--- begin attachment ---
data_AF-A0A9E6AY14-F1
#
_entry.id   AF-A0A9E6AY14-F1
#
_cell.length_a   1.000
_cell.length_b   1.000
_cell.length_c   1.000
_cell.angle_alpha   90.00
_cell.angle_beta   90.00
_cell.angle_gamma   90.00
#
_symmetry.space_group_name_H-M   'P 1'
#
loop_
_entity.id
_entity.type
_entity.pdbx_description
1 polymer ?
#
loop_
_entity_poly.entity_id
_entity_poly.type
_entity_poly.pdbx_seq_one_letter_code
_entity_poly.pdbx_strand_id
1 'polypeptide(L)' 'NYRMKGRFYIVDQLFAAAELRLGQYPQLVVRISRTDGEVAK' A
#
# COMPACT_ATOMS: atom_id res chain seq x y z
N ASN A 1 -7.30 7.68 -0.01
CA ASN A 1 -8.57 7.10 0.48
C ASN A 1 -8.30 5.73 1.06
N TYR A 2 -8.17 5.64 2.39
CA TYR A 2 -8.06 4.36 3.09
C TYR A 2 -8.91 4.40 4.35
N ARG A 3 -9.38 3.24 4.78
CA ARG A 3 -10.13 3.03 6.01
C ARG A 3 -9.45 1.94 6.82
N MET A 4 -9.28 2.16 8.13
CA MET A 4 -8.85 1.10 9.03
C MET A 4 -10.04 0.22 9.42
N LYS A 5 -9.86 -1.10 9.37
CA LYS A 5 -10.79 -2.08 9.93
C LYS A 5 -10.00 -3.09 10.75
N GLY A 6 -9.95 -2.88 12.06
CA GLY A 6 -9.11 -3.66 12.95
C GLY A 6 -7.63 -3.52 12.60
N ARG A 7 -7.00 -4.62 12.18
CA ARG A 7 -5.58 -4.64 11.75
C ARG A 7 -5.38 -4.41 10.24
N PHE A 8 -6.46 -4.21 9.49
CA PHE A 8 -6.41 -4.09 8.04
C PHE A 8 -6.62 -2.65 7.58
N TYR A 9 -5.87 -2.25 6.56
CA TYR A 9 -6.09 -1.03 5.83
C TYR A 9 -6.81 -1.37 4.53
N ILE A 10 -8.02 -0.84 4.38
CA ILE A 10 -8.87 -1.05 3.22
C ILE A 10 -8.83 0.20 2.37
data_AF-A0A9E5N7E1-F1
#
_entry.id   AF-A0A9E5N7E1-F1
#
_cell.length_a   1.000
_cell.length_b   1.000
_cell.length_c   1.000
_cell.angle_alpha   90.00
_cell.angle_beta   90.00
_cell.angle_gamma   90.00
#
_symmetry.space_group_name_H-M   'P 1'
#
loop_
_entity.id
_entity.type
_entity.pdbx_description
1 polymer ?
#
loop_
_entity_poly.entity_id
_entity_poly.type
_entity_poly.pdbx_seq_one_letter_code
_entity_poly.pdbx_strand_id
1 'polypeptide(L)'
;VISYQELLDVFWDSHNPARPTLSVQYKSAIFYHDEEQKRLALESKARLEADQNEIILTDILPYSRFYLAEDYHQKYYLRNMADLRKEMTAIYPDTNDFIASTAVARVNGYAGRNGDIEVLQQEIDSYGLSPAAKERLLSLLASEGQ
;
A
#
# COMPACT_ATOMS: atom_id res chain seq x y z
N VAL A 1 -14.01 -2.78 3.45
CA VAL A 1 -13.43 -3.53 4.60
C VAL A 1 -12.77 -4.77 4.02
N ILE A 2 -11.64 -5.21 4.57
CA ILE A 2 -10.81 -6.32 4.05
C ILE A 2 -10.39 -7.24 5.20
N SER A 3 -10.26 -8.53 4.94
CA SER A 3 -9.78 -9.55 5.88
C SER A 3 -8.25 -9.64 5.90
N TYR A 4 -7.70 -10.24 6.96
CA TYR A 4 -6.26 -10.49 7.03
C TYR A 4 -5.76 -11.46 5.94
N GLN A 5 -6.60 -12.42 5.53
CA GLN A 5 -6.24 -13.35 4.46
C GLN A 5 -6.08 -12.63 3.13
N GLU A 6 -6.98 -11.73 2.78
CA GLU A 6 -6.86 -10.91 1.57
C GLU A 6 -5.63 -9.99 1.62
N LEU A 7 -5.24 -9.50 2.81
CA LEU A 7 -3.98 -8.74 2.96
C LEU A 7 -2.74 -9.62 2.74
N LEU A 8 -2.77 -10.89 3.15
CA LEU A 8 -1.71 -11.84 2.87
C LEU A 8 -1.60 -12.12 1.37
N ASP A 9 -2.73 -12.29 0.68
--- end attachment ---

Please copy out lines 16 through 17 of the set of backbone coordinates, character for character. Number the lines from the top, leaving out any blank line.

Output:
_entity.type
_entity.pdbx_description